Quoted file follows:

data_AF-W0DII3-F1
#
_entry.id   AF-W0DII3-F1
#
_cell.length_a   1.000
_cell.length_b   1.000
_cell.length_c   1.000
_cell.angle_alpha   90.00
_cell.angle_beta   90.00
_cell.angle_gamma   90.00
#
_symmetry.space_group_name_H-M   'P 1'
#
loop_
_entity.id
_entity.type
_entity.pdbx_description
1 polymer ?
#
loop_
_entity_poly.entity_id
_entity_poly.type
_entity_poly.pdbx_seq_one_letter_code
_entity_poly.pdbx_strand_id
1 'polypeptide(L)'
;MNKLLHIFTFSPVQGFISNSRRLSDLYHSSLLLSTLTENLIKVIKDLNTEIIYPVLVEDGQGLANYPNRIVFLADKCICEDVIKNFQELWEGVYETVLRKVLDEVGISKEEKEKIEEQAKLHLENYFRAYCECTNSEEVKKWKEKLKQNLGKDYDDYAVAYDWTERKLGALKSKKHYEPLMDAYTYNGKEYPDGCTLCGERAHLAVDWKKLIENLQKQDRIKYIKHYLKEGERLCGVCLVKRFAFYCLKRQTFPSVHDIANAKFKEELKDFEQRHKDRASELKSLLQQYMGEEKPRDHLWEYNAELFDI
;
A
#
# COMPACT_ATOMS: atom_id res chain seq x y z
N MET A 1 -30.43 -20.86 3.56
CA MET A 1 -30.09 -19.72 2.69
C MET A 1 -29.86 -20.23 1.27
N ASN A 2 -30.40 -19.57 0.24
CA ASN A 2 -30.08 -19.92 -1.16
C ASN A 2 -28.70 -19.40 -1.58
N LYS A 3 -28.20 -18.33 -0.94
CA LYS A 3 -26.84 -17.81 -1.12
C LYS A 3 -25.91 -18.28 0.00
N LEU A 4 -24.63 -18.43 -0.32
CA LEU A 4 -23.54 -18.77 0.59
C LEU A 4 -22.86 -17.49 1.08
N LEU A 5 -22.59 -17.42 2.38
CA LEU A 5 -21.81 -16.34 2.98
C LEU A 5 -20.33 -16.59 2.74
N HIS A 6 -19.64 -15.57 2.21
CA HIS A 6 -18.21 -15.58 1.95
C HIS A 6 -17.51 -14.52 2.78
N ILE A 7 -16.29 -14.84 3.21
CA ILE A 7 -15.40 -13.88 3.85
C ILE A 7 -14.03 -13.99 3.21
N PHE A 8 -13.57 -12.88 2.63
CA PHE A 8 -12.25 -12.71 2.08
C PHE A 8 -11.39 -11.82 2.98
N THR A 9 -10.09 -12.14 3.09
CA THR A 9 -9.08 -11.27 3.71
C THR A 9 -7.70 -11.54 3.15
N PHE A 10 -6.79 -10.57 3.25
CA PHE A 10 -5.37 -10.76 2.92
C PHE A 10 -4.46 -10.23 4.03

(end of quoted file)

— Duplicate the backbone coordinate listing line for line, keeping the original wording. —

data_AF-W0DII3-F1
#
_entry.id   AF-W0DII3-F1
#
_cell.length_a   1.000
_cell.length_b   1.000
_cell.length_c   1.000
_cell.angle_alpha   90.00
_cell.angle_beta   90.00
_cell.angle_gamma   90.00
#
_symmetry.space_group_name_H-M   'P 1'
#
loop_
_entity.id
_entity.type
_entity.pdbx_description
1 polymer ?
#
loop_
_entity_poly.entity_id
_entity_poly.type
_entity_poly.pdbx_seq_one_letter_code
_entity_poly.pdbx_strand_id
1 'polypeptide(L)'
;MNKLLHIFTFSPVQGFISNSRRLSDLYHSSLLLSTLTENLIKVIKDLNTEIIYPVLVEDGQGLANYPNRIVFLADKCICEDVIKNFQELWEGVYETVLRKVLDEVGISKEEKEKIEEQAKLHLENYFRAYCECTNSEEVKKWKEKLKQNLGKDYDDYAVAYDWTERKLGALKSKKHYEPLMDAYTYNGKEYPDGCTLCGERAHLAVDWKKLIENLQKQDRIKYIKHYLKEGERLCGVCLVKRFAFYCLKRQTFPSVHDIANAKFKEELKDFEQRHKDRASELKSLLQQYMGEEKPRDHLWEYNAELFDI
;
A
#
# COMPACT_ATOMS: atom_id res chain seq x y z
N MET A 1 -30.43 -20.86 3.56
CA MET A 1 -30.09 -19.72 2.69
C MET A 1 -29.86 -20.23 1.27
N ASN A 2 -30.40 -19.57 0.24
CA ASN A 2 -30.08 -19.92 -1.16
C ASN A 2 -28.70 -19.40 -1.58
N LYS A 3 -28.20 -18.33 -0.94
CA LYS A 3 -26.84 -17.81 -1.12
C LYS A 3 -25.91 -18.28 0.00
N LEU A 4 -24.63 -18.43 -0.32
CA LEU A 4 -23.54 -18.77 0.59
C LEU A 4 -22.86 -17.49 1.08
N LEU A 5 -22.59 -17.42 2.38
CA LEU A 5 -21.81 -16.34 2.98
C LEU A 5 -20.33 -16.59 2.74
N HIS A 6 -19.64 -15.57 2.21
CA HIS A 6 -18.21 -15.58 1.95
C HIS A 6 -17.51 -14.52 2.78
N ILE A 7 -16.29 -14.84 3.21
CA ILE A 7 -15.40 -13.88 3.85
C ILE A 7 -14.03 -13.99 3.21
N PHE A 8 -13.57 -12.88 2.63
CA PHE A 8 -12.25 -12.71 2.08
C PHE A 8 -11.39 -11.82 2.98
N THR A 9 -10.09 -12.14 3.09
CA THR A 9 -9.08 -11.27 3.71
C THR A 9 -7.70 -11.54 3.15
N PHE A 10 -6.79 -10.57 3.25
CA PHE A 10 -5.37 -10.76 2.92
C PHE A 10 -4.46 -10.23 4.03